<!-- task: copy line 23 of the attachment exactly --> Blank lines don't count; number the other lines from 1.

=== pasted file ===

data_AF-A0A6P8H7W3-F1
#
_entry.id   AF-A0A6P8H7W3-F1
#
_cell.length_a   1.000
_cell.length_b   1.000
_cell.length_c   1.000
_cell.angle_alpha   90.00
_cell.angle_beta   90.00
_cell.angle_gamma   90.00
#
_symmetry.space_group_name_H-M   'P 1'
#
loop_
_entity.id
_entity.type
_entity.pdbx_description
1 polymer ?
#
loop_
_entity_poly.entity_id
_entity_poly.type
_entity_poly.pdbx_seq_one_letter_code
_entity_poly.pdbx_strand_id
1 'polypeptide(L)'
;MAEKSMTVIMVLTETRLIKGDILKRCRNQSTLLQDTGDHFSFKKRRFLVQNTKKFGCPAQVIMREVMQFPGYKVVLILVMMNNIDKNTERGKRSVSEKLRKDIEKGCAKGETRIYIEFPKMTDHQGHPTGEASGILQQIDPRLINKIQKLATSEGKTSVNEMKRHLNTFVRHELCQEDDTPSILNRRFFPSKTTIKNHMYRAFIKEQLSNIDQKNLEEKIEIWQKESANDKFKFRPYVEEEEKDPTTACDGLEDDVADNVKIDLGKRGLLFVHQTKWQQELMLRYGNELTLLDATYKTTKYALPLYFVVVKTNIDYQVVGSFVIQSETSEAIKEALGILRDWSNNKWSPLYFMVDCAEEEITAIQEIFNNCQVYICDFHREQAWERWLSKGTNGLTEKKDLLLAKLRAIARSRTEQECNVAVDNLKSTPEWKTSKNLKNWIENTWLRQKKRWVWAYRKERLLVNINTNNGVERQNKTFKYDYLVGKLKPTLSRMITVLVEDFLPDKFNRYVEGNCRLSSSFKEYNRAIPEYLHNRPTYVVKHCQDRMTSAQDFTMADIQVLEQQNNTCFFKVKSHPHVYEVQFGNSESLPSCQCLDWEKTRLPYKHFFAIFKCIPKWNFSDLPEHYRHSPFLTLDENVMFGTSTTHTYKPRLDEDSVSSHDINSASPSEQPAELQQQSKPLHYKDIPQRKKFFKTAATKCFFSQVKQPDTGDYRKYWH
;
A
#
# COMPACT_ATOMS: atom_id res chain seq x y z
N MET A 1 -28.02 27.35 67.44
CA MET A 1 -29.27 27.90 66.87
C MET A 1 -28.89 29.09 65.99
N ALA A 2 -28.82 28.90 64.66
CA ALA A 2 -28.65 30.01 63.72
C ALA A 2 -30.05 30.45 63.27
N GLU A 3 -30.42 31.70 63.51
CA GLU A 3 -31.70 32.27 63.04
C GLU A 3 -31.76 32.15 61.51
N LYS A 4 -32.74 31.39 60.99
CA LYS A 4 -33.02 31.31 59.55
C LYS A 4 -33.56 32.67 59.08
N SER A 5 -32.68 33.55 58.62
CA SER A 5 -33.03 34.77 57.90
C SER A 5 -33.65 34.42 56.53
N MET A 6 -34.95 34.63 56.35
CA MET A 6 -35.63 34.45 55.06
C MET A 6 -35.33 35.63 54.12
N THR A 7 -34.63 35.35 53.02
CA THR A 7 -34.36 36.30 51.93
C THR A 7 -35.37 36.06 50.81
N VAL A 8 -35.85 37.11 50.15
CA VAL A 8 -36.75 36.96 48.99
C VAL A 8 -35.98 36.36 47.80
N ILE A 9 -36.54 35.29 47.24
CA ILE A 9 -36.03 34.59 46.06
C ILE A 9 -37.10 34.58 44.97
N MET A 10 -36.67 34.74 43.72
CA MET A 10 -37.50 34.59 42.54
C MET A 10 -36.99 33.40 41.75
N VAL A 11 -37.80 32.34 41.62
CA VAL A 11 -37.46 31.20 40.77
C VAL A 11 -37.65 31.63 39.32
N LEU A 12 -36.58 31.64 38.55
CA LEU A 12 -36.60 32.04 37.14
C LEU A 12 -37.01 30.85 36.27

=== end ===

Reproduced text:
_entity_poly.pdbx_seq_one_letter_code